Harvey B. Francis
Owner & Operator
Hypnosis for the Control & Relief of Pain
Hypnosis can be effective for many people suffering from all kinds of pain, with the exception of those who are resistant to Hypnotherapy.
Research shows that hypnosis works as part of a treatment program for a number of psychological and medical conditions, with pain relief being one of the most researched areas, as shown in a 2000 study by psychologists Steven Lynn, PhD, Irving Kirsch, PhD, Arreed Barabasz, PhD, Etzel Cardeña, PhD, and David Patterson, PhD. Among the benefits associated with hypnosis is the ability to alter the psychological components of the experience of pain that may then have an effect on even severe pain.
Research Findings: Hypnosis and Pain Management
The findings indicate that hypnosis interventions consistently produce significant decreases in pain associated with a variety of chronic-pain problems. Also, hypnosis was generally found to be more effective than non-hypnotic interventions such as attention, physical therapy, and education. Most of the hypnosis interventions for chronic pain include instructions in self-hypnosis. However, there is a lack of standardization of the hypnotic interventions examined in clinical trials, and the number of patients enrolled in the studies has tended to be low and lacking long-term follow-up. Implications of the findings for future clinical research and applications are discussed.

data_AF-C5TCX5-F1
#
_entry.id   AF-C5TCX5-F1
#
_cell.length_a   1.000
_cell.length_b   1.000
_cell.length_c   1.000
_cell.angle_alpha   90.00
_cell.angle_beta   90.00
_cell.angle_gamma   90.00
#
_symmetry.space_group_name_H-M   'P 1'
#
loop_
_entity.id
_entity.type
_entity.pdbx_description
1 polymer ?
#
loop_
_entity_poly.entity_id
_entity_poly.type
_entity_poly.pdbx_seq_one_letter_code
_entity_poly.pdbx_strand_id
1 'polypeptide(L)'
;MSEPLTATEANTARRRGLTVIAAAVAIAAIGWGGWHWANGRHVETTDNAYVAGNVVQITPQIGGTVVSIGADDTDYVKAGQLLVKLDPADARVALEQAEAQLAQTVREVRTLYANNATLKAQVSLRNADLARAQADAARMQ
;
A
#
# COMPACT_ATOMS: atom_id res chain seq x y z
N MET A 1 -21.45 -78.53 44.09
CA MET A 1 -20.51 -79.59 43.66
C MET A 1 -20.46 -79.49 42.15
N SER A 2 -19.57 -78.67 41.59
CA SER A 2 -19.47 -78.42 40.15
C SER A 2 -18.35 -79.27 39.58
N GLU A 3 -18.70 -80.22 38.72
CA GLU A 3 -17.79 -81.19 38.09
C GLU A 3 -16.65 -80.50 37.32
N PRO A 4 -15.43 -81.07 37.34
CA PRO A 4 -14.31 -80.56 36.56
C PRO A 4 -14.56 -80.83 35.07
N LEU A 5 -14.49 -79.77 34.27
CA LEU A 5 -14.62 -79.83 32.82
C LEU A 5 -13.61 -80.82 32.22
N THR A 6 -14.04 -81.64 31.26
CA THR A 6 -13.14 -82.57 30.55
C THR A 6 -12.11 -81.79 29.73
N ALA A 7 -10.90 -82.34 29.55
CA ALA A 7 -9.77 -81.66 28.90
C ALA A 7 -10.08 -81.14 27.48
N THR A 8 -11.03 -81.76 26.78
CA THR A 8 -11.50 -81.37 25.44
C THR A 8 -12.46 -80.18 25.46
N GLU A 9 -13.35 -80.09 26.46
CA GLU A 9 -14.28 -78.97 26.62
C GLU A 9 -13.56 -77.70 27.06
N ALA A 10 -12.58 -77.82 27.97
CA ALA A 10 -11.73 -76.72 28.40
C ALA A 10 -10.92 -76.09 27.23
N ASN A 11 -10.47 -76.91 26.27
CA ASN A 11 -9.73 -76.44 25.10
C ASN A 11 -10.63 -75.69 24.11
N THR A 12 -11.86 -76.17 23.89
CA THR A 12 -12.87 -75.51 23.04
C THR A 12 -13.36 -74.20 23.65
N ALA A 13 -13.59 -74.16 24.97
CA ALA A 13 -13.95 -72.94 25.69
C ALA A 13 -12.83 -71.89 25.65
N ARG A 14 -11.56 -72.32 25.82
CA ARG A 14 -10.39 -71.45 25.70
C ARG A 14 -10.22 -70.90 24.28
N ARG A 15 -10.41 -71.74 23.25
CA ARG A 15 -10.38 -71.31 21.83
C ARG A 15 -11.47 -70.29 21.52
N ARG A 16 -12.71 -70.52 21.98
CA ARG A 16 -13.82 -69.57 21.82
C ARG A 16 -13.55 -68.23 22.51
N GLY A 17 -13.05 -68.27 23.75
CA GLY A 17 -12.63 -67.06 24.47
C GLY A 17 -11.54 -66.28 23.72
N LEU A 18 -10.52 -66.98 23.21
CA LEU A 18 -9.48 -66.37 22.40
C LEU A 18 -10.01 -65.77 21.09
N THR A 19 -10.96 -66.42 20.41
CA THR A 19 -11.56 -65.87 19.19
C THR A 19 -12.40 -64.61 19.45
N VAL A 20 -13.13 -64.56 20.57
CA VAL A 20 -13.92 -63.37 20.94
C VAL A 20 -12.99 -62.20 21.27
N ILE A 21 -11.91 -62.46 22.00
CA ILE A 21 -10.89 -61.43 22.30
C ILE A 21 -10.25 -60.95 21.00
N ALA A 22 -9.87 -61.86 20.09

Pain that persists for longer than 6 months is referred to as chronic pain (Keefe, 1982). Unrelieved chronic pain can cause considerable suffering, physical limitations, and emotional distress (Turk, 1996). Further, chronic pain is one of the most common reasons for seeking medical care but often persists despite treatment with analgesics and physical modalities. For example, epidemiologic studies indicate that approximately 11% to 45% of individuals in the United States experience chronic back pain (LeResche & Von Korff, 1999), 75% of patients with advanced cancer suffer persistent pain (Bonica, 1990), and chronic pain is the most common reason for the use of complementary and alternative therapies (Astin, 1998; Eisenberg et al., 1993).
Interest in hypnosis for pain management has increased with recent evidence that hypnosis can reduce pain (and costs) associated with medical procedures (Lang et al., 2000), and there are now an adequate number of controlled studies of hypnosis to draw meaningful conclusions from the literature regarding chronic pain (Jensen & Patterson, 2006; Montgomery, DuHamel, & Redd, 2000; Patterson & Jensen, 2003). Hypnosis in the treatment of chronic pain generally, but not always, involves a hypnotic induction with suggestions for relaxation and comfort. Posthypnotic suggestions may be given for reduced pain that can continue beyond the session or that the patient can quickly and easily create a state of comfort using a cue, for example taking a deep breath and exhaling as eyelids close.
Pain Management $150.00